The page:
Discovering Magnetic Graphene Paves a Way to Spintronics – The Foundation for Next-generation Energy-efficient Information Processing

Researchers in Professor Sakhrat Khizroev group at Florida International University teamed up with Dr. Jeongmin Hong at the UC Berkeley, Professor Robert Haddon at UC-Riverside, and Professor Walt de Heer at Georgia Institute of Technology to experimentally demonstrate (for the first time) the presence of magnetic properties in functionalized graphene nanostructures at room temperature. Their study was presented in ACS Nano on October 28. The demonstration of magnetic properties opens a window for new applications of graphene in the emerging field of Spintronics, which promises to revolutionize next-generation information processing. Spintronics is often viewed also as a stepping stone towards Quantum Computing with its hallmark applications including infinitely fast computation with infinitely large memory and with almost zero energy consumption. Due to the enormous potential, the search for magnetic properties in graphene has been one of the most important scientific frontiers across the globe. The main challenge is to establish stable long-range magnetic states in 2-D graphene systems.  This multi-university and cross-disciplinary team overcame this challenge by using refined functionalization chemistry to induce interacting magnetic spins in 1- and 2-dimensional graphene nanostructures.  The project was supported through National Science Foundation (NSF) Materials Research Science and Engineering Center (MRSEC) “Graphene-based Nanoelectronics” at Georgia Tech. This work is a continuation of the original research by the same team from a few years ago (published in Scientific Reports).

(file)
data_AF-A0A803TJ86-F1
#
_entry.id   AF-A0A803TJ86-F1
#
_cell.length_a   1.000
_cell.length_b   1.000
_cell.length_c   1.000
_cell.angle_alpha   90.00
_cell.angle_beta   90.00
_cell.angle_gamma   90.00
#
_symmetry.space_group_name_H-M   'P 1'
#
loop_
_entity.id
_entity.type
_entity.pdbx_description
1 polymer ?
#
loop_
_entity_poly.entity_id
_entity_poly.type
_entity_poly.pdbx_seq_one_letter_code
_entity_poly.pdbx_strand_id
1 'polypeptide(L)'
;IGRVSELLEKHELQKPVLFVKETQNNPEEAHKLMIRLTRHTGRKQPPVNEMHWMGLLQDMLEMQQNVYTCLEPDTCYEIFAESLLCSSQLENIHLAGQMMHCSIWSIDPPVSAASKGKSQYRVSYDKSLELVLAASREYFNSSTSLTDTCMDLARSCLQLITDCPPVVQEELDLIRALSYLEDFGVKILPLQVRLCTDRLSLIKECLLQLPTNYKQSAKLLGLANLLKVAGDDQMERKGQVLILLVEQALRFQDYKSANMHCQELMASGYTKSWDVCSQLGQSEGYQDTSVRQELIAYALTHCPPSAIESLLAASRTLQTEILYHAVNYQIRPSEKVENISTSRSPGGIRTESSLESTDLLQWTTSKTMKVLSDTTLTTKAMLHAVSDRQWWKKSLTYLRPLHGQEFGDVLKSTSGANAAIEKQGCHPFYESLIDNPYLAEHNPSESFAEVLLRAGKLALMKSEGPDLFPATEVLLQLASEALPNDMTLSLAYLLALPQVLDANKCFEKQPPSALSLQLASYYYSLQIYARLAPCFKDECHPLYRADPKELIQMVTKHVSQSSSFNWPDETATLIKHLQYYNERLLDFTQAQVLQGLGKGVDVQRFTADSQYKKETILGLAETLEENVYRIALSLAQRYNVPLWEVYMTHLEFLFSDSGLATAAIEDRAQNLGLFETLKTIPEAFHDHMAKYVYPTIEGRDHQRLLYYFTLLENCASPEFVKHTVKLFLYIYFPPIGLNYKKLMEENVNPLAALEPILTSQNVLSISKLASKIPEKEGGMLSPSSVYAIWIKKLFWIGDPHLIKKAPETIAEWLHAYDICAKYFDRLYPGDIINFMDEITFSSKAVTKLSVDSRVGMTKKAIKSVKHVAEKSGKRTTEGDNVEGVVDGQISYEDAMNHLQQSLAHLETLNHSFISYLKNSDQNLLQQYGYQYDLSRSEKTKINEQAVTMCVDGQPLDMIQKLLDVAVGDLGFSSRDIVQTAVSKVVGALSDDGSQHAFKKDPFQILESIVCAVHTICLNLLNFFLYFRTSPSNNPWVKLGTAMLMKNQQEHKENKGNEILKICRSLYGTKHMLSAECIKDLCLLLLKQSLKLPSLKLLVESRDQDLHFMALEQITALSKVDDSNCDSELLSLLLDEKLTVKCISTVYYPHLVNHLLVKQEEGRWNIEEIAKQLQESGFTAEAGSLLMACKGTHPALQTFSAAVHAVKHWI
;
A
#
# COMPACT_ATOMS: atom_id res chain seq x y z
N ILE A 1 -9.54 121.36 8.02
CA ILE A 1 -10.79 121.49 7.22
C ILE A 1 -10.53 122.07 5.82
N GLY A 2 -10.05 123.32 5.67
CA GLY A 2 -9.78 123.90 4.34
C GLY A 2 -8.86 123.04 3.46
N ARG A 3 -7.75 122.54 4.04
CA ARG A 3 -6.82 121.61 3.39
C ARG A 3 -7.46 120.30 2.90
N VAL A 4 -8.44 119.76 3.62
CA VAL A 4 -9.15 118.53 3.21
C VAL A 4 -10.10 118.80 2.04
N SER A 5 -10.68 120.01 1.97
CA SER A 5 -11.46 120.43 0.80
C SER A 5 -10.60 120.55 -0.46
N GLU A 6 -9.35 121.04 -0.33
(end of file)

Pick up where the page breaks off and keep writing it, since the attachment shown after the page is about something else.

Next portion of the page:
See also other news releases:
Nanotechnology Spotlight in Nanowerk, November 5, 2013, November 8, 2013 (also in

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